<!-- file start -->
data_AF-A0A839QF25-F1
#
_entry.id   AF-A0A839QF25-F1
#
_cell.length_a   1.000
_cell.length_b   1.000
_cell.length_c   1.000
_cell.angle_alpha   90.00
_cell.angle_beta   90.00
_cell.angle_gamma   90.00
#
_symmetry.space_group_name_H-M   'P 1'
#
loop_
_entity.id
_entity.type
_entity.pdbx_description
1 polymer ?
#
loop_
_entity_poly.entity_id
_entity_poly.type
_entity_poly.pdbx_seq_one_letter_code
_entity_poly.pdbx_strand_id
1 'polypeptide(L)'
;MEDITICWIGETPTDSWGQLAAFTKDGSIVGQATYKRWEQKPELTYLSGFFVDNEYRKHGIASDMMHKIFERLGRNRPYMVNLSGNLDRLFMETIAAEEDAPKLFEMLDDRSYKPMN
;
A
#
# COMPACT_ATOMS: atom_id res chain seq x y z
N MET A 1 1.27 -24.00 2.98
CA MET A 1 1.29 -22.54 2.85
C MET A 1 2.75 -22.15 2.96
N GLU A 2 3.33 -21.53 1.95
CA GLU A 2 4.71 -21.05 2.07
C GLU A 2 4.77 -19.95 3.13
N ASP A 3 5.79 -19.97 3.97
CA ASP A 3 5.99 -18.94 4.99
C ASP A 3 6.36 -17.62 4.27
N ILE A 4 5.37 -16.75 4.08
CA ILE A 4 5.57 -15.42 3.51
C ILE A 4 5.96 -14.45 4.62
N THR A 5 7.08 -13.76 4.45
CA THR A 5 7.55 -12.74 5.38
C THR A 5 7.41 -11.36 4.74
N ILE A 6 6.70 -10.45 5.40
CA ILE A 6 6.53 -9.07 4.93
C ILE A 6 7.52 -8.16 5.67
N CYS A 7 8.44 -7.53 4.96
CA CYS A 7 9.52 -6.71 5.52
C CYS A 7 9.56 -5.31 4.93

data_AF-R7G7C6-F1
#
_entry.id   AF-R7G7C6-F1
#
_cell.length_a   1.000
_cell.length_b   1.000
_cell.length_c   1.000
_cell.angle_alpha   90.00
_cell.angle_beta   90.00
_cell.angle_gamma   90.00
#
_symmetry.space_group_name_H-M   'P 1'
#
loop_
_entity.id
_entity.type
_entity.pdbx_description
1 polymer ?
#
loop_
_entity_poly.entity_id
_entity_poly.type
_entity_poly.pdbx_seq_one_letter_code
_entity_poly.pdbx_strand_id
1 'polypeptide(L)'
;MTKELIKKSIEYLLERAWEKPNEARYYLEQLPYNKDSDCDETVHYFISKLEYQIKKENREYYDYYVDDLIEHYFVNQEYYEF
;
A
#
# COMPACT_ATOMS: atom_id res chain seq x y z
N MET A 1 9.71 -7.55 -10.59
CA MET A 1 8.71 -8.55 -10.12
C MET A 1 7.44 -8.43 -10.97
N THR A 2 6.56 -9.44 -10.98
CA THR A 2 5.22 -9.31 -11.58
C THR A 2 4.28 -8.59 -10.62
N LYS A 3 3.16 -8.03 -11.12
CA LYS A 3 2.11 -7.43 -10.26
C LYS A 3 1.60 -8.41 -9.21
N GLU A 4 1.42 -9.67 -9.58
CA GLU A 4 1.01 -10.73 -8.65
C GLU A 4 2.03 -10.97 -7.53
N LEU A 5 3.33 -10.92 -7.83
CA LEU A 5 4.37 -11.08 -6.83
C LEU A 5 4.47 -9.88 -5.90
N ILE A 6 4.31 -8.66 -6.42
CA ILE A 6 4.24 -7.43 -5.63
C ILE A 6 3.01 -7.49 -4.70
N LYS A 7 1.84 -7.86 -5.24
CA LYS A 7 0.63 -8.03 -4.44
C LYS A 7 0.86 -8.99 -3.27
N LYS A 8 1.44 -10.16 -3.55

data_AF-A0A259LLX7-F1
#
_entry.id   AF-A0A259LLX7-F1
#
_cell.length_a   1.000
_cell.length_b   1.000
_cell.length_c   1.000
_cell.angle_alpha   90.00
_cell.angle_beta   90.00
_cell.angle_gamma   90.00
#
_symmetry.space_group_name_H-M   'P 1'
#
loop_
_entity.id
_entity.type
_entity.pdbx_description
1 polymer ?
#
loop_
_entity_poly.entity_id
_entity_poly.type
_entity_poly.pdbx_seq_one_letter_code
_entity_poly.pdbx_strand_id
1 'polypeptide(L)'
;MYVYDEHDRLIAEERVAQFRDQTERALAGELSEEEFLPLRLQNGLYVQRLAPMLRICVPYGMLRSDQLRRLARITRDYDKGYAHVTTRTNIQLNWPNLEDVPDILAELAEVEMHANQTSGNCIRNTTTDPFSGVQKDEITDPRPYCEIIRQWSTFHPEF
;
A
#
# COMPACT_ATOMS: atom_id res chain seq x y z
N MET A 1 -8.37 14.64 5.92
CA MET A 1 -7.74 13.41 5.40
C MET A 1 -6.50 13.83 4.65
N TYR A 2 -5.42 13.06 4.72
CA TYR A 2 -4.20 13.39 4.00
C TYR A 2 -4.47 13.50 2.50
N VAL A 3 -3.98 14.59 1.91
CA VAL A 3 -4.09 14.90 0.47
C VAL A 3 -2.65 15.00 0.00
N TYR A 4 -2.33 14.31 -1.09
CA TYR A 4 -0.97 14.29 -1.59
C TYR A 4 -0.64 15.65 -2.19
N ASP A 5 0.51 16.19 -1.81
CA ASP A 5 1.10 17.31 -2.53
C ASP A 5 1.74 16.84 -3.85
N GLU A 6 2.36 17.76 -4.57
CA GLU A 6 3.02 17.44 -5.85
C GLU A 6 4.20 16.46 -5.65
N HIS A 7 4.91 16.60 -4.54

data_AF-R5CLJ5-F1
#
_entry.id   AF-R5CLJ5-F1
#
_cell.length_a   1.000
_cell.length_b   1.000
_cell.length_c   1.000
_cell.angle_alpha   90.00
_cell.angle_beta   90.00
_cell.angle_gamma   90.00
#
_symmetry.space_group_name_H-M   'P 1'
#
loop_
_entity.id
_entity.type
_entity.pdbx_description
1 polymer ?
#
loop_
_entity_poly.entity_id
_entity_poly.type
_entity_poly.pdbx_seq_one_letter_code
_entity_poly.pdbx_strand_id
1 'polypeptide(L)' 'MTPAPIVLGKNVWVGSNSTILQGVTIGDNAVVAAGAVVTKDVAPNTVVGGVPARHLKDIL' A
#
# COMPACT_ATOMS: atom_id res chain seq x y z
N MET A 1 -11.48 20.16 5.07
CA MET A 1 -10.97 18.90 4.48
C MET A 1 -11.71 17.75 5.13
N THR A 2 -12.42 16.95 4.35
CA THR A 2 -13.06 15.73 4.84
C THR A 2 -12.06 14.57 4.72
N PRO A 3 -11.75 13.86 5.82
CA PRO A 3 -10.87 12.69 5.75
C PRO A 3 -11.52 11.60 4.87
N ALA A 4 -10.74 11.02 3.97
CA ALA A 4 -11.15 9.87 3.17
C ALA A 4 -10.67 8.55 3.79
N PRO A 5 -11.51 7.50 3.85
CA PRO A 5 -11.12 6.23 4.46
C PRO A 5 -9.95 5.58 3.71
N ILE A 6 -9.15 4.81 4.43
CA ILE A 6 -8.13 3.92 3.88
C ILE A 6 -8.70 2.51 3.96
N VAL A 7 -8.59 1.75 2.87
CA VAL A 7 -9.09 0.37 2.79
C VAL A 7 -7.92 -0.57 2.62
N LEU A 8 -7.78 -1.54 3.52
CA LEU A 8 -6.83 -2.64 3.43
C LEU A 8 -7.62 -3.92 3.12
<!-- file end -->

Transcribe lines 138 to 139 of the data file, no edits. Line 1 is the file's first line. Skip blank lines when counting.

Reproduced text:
CA TYR A 2 -4.20 13.39 4.00
C TYR A 2 -4.47 13.50 2.50